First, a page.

The Public Broadcasting Service (PBS) — an American broadcaster — announced on Wednesday that a journalist of Pakistani origin, Amna Nawaz, will join Geoff Bennett as anchor of the weeknight 'PBS NewsHour' show after Judy Woodruff's near-decade-long run as host ends.
More conventional than commercial TV, NewsHour reports on daily stories along with deeper magazine-style pieces. It was even parodied on a recent 'Saturday Night Live' segment as “we’re what your grandma’s talking about when she says, ‘I saw this on the news'.”
Washington veteran Woodruff, aged 75, would be hosting her last show — that she has been hosting since 2013 — on Dec 30.
Woodruff is being replaced at the PBS anchor desk by a black man and a first-generation American of Pakistani descent.
She would hand over the role to the new anchors at the beginning of 2023 to embark on a two-year reporting project on divisions in the US.
Woodruff tweeted a photo of herself with Nawaz and Bennett.
Nawaz, 43, joined NewsHour as Woodruff's chief substitute in 2018 and has previously worked at ABC and NBC News.
She has won Peabody Awards for her reporting on the Jan 6, 2021, insurrection and global plastic pollution.
The 42-year-old Bennett joined NewsHour earlier this year after leaving NBC. Prior to covering the White House and Congress for NBC, he used to work for NPR.
“You can’t understate the importance of this moment,” Nawaz was quoted as saying by the Associated Press.
“It is an enormous change for an incredible institution that doesn’t do this change often. On that level, I think both of us understand very deeply what we are taking on.”
Bennett said, “There are few places these days that cover the fullness of American life, from hard news to feature stories, the way the ‘NewsHour’ does."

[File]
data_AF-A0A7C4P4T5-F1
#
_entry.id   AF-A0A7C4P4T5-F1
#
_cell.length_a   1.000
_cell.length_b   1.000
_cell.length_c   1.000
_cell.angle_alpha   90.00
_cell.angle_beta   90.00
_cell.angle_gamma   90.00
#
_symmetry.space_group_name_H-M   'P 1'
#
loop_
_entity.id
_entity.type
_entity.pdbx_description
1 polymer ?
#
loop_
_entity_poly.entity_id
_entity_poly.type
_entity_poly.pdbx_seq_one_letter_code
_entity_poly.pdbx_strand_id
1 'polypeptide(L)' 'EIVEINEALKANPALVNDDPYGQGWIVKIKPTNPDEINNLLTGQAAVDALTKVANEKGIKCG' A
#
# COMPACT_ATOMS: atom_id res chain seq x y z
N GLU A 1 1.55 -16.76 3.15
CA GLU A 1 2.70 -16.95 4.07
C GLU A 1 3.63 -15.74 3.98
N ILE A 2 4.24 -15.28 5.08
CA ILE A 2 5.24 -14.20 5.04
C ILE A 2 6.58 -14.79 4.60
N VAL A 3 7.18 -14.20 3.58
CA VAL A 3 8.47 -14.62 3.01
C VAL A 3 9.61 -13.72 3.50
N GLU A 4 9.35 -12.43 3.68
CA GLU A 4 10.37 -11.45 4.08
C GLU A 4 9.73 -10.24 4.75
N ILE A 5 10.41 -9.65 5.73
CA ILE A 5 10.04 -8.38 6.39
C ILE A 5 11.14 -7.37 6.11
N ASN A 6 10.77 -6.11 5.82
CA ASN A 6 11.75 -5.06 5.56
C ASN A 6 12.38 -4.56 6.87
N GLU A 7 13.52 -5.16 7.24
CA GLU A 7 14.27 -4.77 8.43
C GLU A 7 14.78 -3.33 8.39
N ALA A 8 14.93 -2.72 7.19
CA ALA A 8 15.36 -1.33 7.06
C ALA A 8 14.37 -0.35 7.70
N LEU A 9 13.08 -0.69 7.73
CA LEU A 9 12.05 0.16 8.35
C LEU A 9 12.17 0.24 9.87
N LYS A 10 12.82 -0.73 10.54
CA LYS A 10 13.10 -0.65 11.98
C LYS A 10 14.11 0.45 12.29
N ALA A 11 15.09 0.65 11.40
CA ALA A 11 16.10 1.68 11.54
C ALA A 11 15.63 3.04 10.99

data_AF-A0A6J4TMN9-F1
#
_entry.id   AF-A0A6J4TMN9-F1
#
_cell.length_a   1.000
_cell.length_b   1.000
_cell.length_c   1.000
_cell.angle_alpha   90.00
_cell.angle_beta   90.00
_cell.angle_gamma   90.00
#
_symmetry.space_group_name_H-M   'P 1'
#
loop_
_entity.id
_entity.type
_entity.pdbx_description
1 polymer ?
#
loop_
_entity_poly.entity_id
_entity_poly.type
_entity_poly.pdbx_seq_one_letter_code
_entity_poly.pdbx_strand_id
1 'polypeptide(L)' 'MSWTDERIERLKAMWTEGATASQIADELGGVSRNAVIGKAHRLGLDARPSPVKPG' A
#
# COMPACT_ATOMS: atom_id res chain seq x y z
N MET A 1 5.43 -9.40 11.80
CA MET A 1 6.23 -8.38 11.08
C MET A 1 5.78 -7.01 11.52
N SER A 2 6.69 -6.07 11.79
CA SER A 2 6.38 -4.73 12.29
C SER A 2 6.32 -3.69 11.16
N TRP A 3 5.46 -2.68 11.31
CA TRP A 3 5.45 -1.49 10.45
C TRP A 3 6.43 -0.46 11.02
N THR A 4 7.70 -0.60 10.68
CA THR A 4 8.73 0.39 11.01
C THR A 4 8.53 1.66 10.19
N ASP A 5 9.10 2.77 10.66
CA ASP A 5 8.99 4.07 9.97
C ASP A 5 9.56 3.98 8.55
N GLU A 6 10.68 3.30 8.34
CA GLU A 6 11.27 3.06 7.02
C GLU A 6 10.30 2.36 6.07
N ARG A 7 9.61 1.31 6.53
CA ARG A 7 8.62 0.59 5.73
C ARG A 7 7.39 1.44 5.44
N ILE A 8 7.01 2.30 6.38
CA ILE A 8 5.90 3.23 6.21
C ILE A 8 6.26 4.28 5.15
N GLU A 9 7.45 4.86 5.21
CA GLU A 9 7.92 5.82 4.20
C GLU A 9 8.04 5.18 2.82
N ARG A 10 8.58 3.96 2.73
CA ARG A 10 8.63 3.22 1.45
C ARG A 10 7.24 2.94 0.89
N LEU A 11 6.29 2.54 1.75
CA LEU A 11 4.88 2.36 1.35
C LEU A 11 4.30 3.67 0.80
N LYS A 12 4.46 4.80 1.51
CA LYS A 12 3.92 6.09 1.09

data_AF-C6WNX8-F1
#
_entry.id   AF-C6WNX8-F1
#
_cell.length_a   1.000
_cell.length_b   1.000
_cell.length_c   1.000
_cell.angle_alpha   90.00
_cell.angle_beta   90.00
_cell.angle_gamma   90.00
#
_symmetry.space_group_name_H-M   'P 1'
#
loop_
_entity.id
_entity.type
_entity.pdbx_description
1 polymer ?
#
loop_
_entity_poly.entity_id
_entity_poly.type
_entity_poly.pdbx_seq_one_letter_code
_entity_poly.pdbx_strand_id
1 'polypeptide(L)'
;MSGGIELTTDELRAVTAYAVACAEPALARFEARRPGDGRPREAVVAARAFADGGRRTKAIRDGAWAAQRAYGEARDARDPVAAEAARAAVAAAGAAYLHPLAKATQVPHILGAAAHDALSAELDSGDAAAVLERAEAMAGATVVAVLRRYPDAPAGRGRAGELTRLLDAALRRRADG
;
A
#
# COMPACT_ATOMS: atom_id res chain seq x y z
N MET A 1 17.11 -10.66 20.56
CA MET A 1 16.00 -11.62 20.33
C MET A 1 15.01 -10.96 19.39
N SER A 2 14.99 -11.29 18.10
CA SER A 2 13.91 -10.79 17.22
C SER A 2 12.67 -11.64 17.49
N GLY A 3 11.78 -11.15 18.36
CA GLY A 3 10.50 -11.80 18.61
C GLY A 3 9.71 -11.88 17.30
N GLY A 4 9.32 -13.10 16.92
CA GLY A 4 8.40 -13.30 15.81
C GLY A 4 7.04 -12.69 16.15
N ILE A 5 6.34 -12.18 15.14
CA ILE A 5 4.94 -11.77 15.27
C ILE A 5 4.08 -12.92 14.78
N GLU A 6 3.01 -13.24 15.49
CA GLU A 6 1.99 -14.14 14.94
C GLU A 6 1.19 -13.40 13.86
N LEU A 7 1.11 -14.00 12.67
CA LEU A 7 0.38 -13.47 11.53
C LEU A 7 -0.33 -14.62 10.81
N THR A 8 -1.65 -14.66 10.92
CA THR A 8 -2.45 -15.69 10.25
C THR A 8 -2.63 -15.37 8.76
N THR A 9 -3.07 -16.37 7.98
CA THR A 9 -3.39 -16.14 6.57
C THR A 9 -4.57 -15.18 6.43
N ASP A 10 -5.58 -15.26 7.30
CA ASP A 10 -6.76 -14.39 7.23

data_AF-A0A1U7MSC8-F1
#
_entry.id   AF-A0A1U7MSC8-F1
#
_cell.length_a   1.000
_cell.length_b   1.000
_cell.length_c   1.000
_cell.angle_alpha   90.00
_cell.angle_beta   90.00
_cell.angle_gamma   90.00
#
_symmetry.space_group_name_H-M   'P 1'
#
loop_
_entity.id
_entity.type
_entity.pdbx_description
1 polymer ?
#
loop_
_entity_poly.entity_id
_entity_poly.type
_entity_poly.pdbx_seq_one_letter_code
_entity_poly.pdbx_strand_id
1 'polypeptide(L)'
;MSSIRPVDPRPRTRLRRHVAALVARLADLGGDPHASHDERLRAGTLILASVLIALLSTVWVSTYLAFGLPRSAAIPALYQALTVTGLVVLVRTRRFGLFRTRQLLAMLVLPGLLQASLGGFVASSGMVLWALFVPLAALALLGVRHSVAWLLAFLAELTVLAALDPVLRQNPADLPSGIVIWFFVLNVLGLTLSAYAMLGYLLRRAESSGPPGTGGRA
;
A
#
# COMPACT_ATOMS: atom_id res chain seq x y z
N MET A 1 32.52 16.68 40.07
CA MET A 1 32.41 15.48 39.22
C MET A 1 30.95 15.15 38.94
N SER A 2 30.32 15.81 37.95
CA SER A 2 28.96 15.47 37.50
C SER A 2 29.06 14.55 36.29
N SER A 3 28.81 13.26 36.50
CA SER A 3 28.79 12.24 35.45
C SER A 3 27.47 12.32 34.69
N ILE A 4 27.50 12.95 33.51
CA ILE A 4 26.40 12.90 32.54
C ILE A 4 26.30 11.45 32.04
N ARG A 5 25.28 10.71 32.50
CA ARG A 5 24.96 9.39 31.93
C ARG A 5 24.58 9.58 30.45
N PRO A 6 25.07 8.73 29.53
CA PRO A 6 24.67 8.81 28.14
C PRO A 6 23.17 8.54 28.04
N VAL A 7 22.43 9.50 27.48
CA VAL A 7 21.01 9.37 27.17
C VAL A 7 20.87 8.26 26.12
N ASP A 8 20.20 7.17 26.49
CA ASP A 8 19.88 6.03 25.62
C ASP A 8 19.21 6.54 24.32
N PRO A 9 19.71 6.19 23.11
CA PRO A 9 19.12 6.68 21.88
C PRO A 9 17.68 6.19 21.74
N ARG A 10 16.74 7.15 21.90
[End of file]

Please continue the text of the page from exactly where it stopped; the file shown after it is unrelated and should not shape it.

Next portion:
An attempt to broaden the audience
PBS CEO Paula Kerger said that the hirings are also an effort to broaden the show's focus beyond Washington news.
“One of the strengths of the public media system is we have these stations all across the country and we have been talking about ways to leverage that,” she said. There are 179 separate licenses for PBS outlets.
The show is establishing an active presence on social media platforms — such as TikTok, Instagram and YouTube — to broaden its audience beyond the estimated two million television viewers.
According to Google Analytics and YouTube, it receives more than a million unique viewers each day on YouTube.
Sara Just, the show's senior executive producer, said that having two anchors gives NewsHour more flexibility to use them as reporters who can travel for stories.
Since its beginning in 1975, the show has incorporated both single and co-anchors, with only a total of four people having occupied the role.
Robert MacNeil and Jim Lehrer co-anchored for two decades after which Lehrer took it over alone when MacNeil retired.
After Lehrer left in 2011, Woodruff and Gwen Ifill began co-hosting the show in 2013.
Following Ifill's death in 2016, Woodruff became the only anchor of NewsHour.
Woodruff's anchoring journey
Recoiling from the word 'retirement', Woodruff stated that she felt like the midterm elections seemed like the right time to "retreat".
“I honestly wanted to step away from the anchor desk at a point where I still have the energy and enthusiasm to do some reporting that really matters to me,” she said.
Her television career had included time at NBC News and two stints at PBS surrounding a stretch at CNN.
Woodruff has been in the industry for long enough to experience blatant sexism and underestimation of women and has been able to overcome it as well.
“If I’d had any role at all in seeing one woman or one person-of-colour — who didn’t have a chance — if they’ve been able to look at the work that I’m doing and have confidence in themselves and their future and help them take the next step, I’m really proud of that,” she said.
She plans to take a week off before getting involved in 'America at a Crossroads', a two-year project that would examine the nation’s political and social divisions.
Hoping to deliver suggestions to improve things, she plans to talk to citizens and experts of all categories.
She would report what she regularly finds on NewsHour, building toward a special at the end.
Separately, Nawaz recalled meeting a young woman — who had recently started watching NewsHour — and being told that it "makes me feel so calm when I see you guys come up on the screen".
She told Nawaz that she felt like she was about to get some information "in a way that I'm ready to receive".